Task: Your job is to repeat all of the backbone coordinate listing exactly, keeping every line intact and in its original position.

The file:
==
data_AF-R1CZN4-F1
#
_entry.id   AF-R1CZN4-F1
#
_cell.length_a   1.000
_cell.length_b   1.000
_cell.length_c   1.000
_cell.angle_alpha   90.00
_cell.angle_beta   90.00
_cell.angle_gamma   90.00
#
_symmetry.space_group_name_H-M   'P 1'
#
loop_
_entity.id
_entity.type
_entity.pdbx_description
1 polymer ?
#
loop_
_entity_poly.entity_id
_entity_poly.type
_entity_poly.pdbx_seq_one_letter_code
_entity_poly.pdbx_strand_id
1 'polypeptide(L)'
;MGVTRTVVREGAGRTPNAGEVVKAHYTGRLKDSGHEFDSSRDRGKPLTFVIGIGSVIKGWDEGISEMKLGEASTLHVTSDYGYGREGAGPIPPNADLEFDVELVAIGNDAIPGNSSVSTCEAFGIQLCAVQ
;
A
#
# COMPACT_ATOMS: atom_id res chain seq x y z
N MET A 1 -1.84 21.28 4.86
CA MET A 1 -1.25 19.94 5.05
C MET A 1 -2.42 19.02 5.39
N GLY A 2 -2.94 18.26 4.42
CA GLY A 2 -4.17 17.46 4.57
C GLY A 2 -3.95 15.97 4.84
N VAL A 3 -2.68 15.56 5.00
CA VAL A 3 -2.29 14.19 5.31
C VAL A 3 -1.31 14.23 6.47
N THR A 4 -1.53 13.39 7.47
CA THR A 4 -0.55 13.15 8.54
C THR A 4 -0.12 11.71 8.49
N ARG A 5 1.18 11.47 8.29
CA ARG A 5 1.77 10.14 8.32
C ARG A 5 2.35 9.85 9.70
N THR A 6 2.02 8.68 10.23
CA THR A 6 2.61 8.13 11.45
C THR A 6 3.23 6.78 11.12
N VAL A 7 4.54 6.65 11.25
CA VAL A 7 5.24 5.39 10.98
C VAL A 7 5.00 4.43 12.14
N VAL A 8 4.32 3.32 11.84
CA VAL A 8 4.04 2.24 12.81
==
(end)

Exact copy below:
data_AF-R1CZN4-F1
#
_entry.id   AF-R1CZN4-F1
#
_cell.length_a   1.000
_cell.length_b   1.000
_cell.length_c   1.000
_cell.angle_alpha   90.00
_cell.angle_beta   90.00
_cell.angle_gamma   90.00
#
_symmetry.space_group_name_H-M   'P 1'
#
loop_
_entity.id
_entity.type
_entity.pdbx_description
1 polymer ?
#
loop_
_entity_poly.entity_id
_entity_poly.type
_entity_poly.pdbx_seq_one_letter_code
_entity_poly.pdbx_strand_id
1 'polypeptide(L)'
;MGVTRTVVREGAGRTPNAGEVVKAHYTGRLKDSGHEFDSSRDRGKPLTFVIGIGSVIKGWDEGISEMKLGEASTLHVTSDYGYGREGAGPIPPNADLEFDVELVAIGNDAIPGNSSVSTCEAFGIQLCAVQ
;
A
#
# COMPACT_ATOMS: atom_id res chain seq x y z
N MET A 1 -1.84 21.28 4.86
CA MET A 1 -1.25 19.94 5.05
C MET A 1 -2.42 19.02 5.39
N GLY A 2 -2.94 18.26 4.42
CA GLY A 2 -4.17 17.46 4.57
C GLY A 2 -3.95 15.97 4.84
N VAL A 3 -2.68 15.56 5.00
CA VAL A 3 -2.29 14.19 5.31
C VAL A 3 -1.31 14.23 6.47
N THR A 4 -1.53 13.39 7.47
CA THR A 4 -0.55 13.15 8.54
C THR A 4 -0.12 11.71 8.49
N ARG A 5 1.18 11.47 8.29
CA ARG A 5 1.77 10.14 8.32
C ARG A 5 2.35 9.85 9.70
N THR A 6 2.02 8.68 10.23
CA THR A 6 2.61 8.13 11.45
C THR A 6 3.23 6.78 11.12
N VAL A 7 4.54 6.65 11.25
CA VAL A 7 5.24 5.39 10.98
C VAL A 7 5.00 4.43 12.14
N VAL A 8 4.32 3.32 11.84
CA VAL A 8 4.04 2.24 12.81